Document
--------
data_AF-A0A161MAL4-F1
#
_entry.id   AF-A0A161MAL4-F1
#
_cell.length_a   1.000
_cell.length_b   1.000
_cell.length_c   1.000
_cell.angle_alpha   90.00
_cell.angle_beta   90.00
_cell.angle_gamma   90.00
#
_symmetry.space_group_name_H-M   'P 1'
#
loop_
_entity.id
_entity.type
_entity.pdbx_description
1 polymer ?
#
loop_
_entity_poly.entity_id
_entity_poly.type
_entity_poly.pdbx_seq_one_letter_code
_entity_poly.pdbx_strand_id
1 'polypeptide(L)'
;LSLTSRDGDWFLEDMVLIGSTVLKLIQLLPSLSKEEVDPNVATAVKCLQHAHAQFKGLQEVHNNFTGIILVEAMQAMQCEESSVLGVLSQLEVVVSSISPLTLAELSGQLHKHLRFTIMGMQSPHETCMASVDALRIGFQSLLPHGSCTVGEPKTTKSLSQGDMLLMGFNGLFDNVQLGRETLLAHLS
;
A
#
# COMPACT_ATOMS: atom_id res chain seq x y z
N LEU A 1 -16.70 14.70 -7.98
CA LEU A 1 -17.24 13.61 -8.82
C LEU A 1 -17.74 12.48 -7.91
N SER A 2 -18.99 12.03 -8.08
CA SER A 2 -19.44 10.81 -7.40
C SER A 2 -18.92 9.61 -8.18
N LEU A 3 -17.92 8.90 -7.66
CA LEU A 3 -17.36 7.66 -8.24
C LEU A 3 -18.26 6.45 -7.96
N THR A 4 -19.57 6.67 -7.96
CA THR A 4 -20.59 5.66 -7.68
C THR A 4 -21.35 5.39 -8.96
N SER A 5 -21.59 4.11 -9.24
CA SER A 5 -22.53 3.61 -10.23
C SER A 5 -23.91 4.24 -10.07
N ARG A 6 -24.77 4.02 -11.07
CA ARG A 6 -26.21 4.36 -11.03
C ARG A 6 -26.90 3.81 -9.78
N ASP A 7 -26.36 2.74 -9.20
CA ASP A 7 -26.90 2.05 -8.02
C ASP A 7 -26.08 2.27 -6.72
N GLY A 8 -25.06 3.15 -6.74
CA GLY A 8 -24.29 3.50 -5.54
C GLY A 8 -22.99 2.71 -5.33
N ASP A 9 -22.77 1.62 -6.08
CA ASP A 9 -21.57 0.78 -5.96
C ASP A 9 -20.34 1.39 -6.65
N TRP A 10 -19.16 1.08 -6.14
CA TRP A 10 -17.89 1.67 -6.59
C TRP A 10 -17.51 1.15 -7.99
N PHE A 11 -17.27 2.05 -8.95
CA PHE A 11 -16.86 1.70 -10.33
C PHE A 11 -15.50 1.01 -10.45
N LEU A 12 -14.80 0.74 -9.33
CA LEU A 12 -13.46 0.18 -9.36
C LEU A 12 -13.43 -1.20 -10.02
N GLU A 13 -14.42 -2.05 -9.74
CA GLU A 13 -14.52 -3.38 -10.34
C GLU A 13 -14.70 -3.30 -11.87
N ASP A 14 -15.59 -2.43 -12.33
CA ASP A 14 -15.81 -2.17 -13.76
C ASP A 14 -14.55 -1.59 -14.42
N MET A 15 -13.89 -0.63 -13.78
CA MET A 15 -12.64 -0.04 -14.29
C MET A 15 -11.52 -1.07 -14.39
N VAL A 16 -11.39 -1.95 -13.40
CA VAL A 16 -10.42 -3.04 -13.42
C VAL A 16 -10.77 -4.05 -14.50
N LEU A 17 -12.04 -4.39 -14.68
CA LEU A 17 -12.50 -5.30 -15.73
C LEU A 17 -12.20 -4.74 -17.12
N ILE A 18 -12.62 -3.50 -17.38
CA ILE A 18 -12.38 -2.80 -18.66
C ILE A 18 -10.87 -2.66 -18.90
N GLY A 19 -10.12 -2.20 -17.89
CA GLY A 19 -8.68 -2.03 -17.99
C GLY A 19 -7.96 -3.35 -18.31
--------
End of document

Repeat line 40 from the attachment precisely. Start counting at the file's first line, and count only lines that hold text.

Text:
N THR A 4 -19.57 6.67 -7.96